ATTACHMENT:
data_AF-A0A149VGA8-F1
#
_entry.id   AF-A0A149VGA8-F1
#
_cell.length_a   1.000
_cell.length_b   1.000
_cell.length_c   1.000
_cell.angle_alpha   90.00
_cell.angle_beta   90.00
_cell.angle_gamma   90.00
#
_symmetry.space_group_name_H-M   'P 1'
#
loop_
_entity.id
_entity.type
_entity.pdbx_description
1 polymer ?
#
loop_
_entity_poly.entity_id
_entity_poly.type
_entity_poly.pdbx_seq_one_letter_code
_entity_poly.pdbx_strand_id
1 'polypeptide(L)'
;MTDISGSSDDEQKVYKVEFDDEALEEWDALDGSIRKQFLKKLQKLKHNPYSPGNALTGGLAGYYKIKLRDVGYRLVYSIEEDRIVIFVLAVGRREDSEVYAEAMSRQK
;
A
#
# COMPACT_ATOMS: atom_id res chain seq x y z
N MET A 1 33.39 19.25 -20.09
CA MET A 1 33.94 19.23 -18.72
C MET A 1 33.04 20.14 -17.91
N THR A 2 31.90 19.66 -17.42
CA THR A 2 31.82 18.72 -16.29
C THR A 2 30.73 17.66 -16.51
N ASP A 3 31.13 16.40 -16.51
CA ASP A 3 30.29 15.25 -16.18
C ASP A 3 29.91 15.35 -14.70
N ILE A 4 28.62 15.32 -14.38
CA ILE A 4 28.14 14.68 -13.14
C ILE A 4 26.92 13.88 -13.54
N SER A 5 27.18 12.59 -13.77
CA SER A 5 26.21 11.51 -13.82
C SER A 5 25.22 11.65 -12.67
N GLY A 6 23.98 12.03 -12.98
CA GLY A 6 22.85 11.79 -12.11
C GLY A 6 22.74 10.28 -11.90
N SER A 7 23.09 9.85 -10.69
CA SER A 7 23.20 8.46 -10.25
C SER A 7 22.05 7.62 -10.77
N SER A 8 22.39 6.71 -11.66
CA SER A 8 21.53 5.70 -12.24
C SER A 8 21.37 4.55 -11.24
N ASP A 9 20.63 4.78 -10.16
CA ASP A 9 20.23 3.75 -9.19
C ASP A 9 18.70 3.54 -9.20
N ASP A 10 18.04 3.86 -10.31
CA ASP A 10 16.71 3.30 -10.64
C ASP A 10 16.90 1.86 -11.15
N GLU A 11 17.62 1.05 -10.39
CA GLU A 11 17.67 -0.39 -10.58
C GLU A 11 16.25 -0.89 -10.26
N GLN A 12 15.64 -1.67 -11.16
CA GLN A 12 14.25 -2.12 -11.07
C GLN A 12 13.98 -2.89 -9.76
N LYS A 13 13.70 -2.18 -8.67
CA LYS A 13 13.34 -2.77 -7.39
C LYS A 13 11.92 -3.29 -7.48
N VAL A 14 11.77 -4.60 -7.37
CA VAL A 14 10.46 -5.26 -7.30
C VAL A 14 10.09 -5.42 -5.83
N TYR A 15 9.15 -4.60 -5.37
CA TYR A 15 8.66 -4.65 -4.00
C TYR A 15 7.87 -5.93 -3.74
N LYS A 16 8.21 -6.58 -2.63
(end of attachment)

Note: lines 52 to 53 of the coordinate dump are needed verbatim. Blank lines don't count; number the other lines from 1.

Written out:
N SER A 8 22.39 6.71 -11.66
CA SER A 8 21.53 5.70 -12.24